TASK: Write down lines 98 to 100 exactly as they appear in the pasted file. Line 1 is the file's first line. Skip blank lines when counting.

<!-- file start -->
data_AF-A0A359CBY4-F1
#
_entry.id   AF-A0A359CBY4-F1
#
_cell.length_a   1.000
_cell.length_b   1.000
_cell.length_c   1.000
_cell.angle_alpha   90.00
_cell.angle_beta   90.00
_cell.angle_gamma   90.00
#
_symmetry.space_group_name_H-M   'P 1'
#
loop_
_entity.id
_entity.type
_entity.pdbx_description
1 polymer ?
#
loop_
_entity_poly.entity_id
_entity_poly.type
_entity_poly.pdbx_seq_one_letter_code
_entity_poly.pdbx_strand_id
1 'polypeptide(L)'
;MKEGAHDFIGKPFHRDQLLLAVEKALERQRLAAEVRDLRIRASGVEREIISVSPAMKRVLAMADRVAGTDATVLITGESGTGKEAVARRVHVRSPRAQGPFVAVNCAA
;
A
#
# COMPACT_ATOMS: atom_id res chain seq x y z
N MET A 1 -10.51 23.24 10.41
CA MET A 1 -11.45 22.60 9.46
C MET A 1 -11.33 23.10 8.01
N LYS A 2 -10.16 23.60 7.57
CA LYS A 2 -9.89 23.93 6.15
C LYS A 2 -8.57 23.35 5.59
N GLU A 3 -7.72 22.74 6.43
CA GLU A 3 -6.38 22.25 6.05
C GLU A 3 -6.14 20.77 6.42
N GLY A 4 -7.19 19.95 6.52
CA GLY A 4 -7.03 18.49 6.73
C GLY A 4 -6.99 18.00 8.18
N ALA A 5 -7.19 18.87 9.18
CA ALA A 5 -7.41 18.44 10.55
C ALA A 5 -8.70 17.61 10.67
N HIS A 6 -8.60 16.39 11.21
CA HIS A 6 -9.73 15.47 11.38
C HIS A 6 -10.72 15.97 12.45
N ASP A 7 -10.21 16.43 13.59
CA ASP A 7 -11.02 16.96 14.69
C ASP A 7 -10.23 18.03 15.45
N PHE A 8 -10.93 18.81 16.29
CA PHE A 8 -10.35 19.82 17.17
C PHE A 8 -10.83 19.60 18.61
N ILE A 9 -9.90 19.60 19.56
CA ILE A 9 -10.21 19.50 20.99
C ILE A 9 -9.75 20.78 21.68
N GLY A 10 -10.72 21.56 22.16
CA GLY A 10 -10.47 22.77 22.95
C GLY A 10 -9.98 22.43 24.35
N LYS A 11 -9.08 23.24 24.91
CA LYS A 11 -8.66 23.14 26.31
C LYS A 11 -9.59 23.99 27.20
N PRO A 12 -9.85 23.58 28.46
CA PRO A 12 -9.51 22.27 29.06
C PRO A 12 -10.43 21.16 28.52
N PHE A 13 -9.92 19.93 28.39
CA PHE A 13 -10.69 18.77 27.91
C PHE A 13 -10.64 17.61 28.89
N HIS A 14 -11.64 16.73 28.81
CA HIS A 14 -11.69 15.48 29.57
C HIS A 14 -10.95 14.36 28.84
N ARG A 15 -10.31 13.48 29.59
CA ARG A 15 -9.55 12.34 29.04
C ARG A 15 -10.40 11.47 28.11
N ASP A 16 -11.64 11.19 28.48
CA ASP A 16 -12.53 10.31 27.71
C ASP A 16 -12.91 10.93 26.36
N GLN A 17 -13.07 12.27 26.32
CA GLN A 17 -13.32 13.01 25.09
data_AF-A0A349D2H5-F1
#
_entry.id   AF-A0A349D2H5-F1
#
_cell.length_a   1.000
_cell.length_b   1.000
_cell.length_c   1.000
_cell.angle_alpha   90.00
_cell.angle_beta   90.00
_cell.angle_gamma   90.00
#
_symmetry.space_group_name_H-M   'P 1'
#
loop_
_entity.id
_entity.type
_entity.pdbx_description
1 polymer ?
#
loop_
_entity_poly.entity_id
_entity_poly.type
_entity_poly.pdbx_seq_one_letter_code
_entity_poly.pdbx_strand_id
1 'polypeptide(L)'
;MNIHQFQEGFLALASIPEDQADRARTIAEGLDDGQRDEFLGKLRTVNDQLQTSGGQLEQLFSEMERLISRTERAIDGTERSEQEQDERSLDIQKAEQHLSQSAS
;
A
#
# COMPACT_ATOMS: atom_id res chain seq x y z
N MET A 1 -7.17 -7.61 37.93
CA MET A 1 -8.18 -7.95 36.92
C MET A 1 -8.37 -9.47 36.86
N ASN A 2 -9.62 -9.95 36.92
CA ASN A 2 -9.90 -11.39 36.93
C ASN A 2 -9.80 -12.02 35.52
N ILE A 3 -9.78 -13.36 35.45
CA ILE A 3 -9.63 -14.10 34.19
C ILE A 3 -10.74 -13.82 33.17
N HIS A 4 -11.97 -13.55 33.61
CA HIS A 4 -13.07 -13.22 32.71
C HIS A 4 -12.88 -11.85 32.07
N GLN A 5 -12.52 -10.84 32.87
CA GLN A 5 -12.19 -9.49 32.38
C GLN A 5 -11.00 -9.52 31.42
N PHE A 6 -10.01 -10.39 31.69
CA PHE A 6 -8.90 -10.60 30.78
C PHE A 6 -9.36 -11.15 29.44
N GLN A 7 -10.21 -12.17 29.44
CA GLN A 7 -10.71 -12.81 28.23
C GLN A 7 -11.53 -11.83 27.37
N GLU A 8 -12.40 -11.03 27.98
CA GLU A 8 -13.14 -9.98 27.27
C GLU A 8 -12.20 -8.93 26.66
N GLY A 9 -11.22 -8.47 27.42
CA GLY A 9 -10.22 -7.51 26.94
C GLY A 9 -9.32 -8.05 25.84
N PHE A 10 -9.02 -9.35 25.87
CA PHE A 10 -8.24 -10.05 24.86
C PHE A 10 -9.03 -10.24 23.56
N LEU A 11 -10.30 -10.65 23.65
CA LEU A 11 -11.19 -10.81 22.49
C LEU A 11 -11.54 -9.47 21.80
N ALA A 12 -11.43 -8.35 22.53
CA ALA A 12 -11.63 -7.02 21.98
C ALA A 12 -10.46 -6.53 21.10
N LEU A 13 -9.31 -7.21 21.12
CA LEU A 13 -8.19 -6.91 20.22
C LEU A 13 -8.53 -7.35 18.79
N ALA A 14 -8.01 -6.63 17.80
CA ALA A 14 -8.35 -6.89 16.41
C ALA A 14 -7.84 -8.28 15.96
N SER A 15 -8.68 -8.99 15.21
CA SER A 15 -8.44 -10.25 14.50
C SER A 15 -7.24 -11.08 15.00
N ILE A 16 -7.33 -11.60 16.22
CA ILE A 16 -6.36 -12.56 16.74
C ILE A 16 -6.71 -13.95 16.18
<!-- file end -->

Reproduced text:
1 polymer ?
#
loop_